21. Pain Disorder
    • Severe, prolonged pain.
    • Can't be accounted for by organic pathology.
    • Caused by conflict and stress.
    • Individual unaware of psychological origins.
  22. Body Dysmorphic Disorder
    • Preoccupation with and extreme distress over imagined or exaggerated defect in appearance.
    • Constant examination of self in mirror or avoids mirrors.
    • Housebound or plastic surgery or suicidal thoughts.
    • Women. Late adolescence. High comorbidity.
  23. Hypochondriasis
    • Fears of having a serious disease.
    • Critical of medical professionals.
    • Early adulthood.
  24. Somatization Disorder or Briquet's Syndrome
    • Multiple, recurrent pain complaints with no apparent physical cause.
    • Seeks treatment from multiple physicians.
    • Exaggerated presentation of symptoms and complaints.
    • Higher in South Am. and Puerto Rico.
  25. Conversion Disorder
    • Sensory or motor function impaired but no neurological cause.
    • Vision impairment, paralysis of arms/legs, seizures or coordination problems. Anesthesia, aphonia, anosmia.
    • Can't be explained by medical condition.
  26. Anesthesia
    Loss of sensation.
  27. Aphonia
    Whispered speech.
  28. Anosmia
    Loss of smell.
  29. Hippocrates & Conversion Disorder
    Believed it only occured in women and attributed to wandering uterus. Hysteria.
  30. Freud & Conversion Disorder
    • Coined term conversion.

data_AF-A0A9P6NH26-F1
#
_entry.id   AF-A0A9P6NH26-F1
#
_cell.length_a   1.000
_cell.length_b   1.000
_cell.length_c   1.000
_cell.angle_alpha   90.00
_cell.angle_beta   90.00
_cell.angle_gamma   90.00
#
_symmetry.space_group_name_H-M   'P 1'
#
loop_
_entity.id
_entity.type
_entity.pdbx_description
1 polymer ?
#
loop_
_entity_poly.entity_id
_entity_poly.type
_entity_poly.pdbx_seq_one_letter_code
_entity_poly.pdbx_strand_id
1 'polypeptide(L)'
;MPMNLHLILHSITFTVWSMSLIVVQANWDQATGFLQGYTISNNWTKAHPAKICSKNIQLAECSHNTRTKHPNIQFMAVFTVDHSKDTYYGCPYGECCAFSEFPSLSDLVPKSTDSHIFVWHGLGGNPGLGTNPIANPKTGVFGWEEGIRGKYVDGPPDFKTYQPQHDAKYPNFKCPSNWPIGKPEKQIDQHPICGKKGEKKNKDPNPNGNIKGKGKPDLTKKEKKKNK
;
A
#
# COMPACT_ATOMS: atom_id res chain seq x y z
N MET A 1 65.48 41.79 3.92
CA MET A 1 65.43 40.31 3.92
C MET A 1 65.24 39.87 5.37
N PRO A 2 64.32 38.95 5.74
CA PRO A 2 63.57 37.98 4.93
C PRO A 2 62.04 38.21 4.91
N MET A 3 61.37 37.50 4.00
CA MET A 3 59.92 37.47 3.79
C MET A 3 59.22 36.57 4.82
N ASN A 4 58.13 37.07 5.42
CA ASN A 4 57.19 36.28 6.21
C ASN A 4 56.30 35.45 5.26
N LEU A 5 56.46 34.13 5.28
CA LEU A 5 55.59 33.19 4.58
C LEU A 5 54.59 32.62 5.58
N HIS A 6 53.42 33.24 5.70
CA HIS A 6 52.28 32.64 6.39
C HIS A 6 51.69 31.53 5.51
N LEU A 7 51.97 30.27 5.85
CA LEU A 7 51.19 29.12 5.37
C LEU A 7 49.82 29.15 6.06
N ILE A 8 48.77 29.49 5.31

• Thought that anxiety and conflict converted into physical symptoms.
  31. Conversion Disorder Onset
    • Adolescence to early adulthood.
    • Prevalence less than 1%.
    • Comorbid with depressive disorder, substance abuse, personality disorders.
  32. Conversion Disorder Cause
    • Distressing event that is unexpressed and pushed to unconscious.
    • In women, linked to sexual Electra Complex.
  33. Conversion Disorder Cause: Social and Cultural Factors
    • Decrease in incidence since last half of 19th century. Less repressed sexual attitudes and higher tolerance for anxiety symptoms.
    • Prevalent in rural areas, people of lower SES, non-western.
  34. Body Dysmorphic Disorder co-occurs with:
    Obsessive-Compulsive Disorder
  35. Treatment of Somatoform Disorders
    • Cognitive Behavioral Treatment
    • Not many studies about this.
  36. Cognitive Behavioral Treatment - Somatoform Disorders (3)
    • Identify & change triggering emotions.
    • Change thinking about symptoms.
    • Replace sick role behaviors with more appropriate social interactions.
  37. Treatment of Pain Disorder
    • Antidepressants (Tofranil)
    • Components of psychotherapy for pain disorder
  38. Four Components of psychotherapy for pain disorder
    • Validation of patient�s pain
    • Relaxation training
    • Reinforce shift of focus away from pain
    • Help patient develop ability to cope with stress and gain sense of control over pain
  39. Treatment of Body Dysmorphic Disorder
    • Cognitive Behavioral Therapy
    • Exposure plus response prevention (Prevent individual from checking appearance)
    • Antidepressants (Fluoxetine & Clomipramine)
  40. Treatment of Hypochondriasis
    • Cognitive Behavioral Therapy:
    • Reduce attention to bodily sensations.
    • Challenge negative perceptions about sensations.
    • Discourage reassurance seeking from medical professionals.
  41. Treatment of Somatization Disorder
    • Medical professionals don�t dismiss physical complaints.
    • Minimize use of diagnostic tests and medication.
    • Avoid providing attention only when patient is complaining (reinforcing symptoms).
    • Treat underlying depression and anxiety when present.
  42. Treatment of Conversion Disorder
    • No controlled studies to date.
    • Psychoanalytic treatments have not demonstrated usefulness.
    • Reinforcement of high functioning behavior may help.

What would you like to do?

Home > Flashcards > Print Preview